"I don't think I can," said I. Such coolness in a woman was new to me. I scarcely knew what to make off it. She quickly proved me wrong, taking hold of my prick and jerking it this way and that until it stood firm and pulsating wildly.

Leering at me; Annabelle Lee opened her legs in a most condescending manner and began rubbing it into the mouth of her cunt. With a broad grin on her face, she pulled me onto her and put my prick in herself, lodging it there with a clever jerk of her bum, followed by a quick squeeze, and a wriggle.

I fucked quietly in no particular rush to spend, but, and this merely goes to show how rapid a woman's personality is in changing. Yesterday Annabelle Lee fought me off countless times, yet this day she was heaving and wriggling so as to enjoy the benefits of, as she so aptly put it: "My happy friend."

So excited a state did Annabelle Lee find herself in that her agitated hips soon dislodged my prick from its love nest. It was she who became disconcerted at this loss, not I and using all manner of dexterity, she soon had me back in place, cajoling me to, "Shove, shove, shove!"

When I did, she gripped my arse so tightly that she left the marks of her fingers on it; and there they remained for close to three days thereafter. In the course of clutching my arse she also humped me with what had to be all her heart. I'm sure Annabelle Lee spent, for she gave a last wriggle, then a deep sigh and lay still; her face as red as fire, leaving me to finish by my own exertions.

I felt that squeeze of her cunt as I withdrew; one of those delicious contractions which women of strong muscular power in their privates can give. Mind you, not all can do it. Strangely enough, those who are unable to perform this sexual magic cannot even comprehend it as I discovered in later years.

Annabelle Lee got up and tucked her chemise between her legs to dry her split, but did not wash it. "My sister will be home forthwith," said she in a business-like manner, "but tomorrow at the same time would be good if yer like."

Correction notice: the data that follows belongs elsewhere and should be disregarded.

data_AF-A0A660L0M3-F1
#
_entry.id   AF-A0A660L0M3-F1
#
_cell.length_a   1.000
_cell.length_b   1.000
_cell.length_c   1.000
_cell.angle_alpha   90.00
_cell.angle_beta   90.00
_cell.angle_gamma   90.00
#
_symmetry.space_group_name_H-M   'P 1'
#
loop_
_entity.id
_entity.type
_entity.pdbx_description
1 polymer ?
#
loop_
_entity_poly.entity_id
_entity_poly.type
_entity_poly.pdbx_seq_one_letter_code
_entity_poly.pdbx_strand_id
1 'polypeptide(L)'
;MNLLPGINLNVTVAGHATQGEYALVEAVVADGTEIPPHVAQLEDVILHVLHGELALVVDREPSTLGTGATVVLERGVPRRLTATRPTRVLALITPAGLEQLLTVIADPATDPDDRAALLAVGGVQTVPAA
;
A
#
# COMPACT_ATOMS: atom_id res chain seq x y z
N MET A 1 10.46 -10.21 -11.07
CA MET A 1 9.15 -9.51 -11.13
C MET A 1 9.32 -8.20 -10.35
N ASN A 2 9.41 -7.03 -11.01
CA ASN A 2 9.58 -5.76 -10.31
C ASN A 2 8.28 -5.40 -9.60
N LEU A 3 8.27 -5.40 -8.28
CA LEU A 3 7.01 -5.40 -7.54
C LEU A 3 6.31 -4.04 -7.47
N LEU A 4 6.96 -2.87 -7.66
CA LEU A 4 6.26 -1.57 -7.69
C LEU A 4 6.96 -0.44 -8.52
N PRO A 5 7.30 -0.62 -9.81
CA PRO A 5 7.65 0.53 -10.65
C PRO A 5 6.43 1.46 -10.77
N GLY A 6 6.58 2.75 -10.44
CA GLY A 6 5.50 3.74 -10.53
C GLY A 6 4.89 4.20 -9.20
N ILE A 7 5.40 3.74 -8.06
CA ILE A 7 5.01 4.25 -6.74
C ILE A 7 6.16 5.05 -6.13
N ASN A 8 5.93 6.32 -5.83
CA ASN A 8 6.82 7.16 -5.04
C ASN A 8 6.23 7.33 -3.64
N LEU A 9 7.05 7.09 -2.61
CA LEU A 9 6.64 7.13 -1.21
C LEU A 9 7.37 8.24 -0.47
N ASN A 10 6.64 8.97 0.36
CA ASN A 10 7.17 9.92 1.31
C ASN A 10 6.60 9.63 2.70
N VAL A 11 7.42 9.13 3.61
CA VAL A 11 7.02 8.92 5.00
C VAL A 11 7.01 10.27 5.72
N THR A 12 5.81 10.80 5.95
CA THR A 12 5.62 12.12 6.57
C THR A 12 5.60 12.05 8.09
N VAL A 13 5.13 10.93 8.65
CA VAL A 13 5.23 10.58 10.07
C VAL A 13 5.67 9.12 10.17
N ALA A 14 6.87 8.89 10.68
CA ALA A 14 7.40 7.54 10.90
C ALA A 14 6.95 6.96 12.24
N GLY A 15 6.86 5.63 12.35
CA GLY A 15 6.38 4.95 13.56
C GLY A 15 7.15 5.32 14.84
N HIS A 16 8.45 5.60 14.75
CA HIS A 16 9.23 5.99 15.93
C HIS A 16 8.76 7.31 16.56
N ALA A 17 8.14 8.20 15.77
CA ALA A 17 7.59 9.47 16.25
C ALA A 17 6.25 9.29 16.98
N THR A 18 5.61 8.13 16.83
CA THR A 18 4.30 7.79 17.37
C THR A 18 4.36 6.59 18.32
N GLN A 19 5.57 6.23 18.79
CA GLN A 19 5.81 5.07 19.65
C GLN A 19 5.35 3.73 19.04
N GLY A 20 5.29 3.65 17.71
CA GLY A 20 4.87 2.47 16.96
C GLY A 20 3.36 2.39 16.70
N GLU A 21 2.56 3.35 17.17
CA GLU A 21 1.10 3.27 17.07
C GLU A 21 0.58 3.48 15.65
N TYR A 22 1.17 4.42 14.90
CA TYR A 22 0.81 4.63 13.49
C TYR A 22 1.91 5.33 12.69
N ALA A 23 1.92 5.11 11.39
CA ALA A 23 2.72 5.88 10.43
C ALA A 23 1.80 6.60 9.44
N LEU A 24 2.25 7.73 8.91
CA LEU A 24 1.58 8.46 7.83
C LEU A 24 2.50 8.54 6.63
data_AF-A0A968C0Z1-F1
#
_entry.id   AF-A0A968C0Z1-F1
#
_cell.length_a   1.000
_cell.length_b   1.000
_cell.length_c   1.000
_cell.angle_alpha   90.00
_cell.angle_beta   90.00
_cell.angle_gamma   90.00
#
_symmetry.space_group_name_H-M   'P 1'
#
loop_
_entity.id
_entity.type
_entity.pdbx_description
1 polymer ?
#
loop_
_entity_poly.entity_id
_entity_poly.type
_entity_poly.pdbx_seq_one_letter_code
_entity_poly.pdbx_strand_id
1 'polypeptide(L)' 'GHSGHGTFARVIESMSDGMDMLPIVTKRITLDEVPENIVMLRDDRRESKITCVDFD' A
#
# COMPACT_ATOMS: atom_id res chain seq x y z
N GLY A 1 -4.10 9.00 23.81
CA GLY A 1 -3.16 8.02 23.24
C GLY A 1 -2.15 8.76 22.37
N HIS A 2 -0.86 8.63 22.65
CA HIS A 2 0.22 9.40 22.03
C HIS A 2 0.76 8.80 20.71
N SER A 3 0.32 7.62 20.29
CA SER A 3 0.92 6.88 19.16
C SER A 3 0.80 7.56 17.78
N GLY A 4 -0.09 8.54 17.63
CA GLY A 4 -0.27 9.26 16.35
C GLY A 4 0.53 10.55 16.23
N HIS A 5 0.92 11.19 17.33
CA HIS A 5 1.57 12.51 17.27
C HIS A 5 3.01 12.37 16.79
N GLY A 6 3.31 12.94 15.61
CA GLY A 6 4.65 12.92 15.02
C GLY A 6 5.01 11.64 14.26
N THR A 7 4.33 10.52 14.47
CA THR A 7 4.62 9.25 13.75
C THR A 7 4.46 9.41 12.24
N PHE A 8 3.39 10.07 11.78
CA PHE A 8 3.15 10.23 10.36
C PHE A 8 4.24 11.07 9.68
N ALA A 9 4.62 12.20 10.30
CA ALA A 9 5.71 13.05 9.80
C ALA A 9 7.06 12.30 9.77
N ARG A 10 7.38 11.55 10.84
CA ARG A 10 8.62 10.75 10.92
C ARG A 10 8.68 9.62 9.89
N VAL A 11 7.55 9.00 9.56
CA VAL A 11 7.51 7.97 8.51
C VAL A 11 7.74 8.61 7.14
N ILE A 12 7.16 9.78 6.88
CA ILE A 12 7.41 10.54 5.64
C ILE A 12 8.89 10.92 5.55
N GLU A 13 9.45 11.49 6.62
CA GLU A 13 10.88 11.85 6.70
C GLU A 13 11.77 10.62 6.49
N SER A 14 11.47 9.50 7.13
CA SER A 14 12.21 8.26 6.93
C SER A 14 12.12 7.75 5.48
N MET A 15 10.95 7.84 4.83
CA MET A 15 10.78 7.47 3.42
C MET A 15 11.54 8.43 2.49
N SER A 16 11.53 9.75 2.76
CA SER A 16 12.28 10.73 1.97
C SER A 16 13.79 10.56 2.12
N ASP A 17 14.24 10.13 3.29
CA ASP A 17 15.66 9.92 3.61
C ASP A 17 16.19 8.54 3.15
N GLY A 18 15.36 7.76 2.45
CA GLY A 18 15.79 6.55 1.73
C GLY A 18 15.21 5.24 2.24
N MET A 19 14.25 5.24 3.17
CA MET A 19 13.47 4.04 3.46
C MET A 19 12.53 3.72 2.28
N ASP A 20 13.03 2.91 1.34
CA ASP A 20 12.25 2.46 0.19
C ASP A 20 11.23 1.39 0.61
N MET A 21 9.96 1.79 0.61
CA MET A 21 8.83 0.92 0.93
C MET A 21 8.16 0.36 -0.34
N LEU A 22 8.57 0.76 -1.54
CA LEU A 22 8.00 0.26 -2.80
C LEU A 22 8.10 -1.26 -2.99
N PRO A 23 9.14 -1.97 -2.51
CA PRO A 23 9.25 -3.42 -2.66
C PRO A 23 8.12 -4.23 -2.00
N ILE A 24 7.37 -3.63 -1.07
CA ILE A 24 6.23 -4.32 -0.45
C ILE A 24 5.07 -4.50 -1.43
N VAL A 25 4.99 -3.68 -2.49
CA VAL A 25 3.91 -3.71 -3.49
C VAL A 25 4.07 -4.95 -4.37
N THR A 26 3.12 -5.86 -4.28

On the morrow, I did not rendezvous with Annabelle Lee as I received a message from one Prescott T. Wainwright, Solicitor, requesting my presence at noon.

I surmised that it had to be about Dorian Gray. I had completely forgotten Dorian Gray's promise to leave me part of his fortune in light of all else that transpired afterward. I made haste to keep my appointment and just managed to do so. Although in retrospect I think Prescott T. Wainwright, Solicitor would have waited until hell froze over to meet with me.

I found Mr. Wainwright a less than imposing figure; the texture of his pallid skin resembling that of the driest parchment. So dry, in fact, that I would have sworn if just the tiniest ray of sunshine were to shine down upon him he would no doubt burst into unextinguishable flames until his entire being was reduced to ashes.

I should point out that in those days a lawyer's duties in Britain were divided among two general classes—barristers and solicitors. Solicitors generally handled all the day-to-day legal business one may need to engage in: signing contracts, writing up wills, and other non-criminal affairs. Barristers, on the other hand, formed the highest of England's legal class, having studied for the bar at one of the four Inns of Court: Gray's Inn, Lincoln's Inn, and the Temple (which itself formed two of the inns). Only barristers were qualified to argue criminal cases in the highest courts of the land. But should one require the services of a barrister, one first had to hire a solicitor, who then engaged the services of a barrister to plead one's case. Victorian London—much less all of England—had a bewildering series of courts where one's case could be heard or pleaded, far too many to mention here, from debtors' courts to Doctor's Common to police courts, to the Assizes (periodic court sessions presided over by superior court judges) to the Central Criminal Courts in Old Bailey. And unlike in America, one was not considered innocent until proven guilty.

I must say, Mr. Wainwright comported himself like a gentleman, remaining self-assured and competent to the task at hand for the duration of our meeting.

"And how long did you know Mr. Dorian Gray?" He asked straightforwardly.

I knew enough to keep my answers short and sweet. "Not very long, I'm afraid."

Undaunted, Mr. Wainwright asked the same question in a different manner. "Were you acquainted with him a year ago?"

"No sir, I was not."

"Were you acquainted with him some six months ago?"

"No sir, I was not."

"Oh, come, man! When exactly did you make his acquaintance?"

"Do you mind if I ask the reasoning behind this line of questioning?" I asked.

"Not at all, Mr. Fogg, as the executor of Mr. Dorian Gray's estate I must establish any relationship you had with Mr. Gray."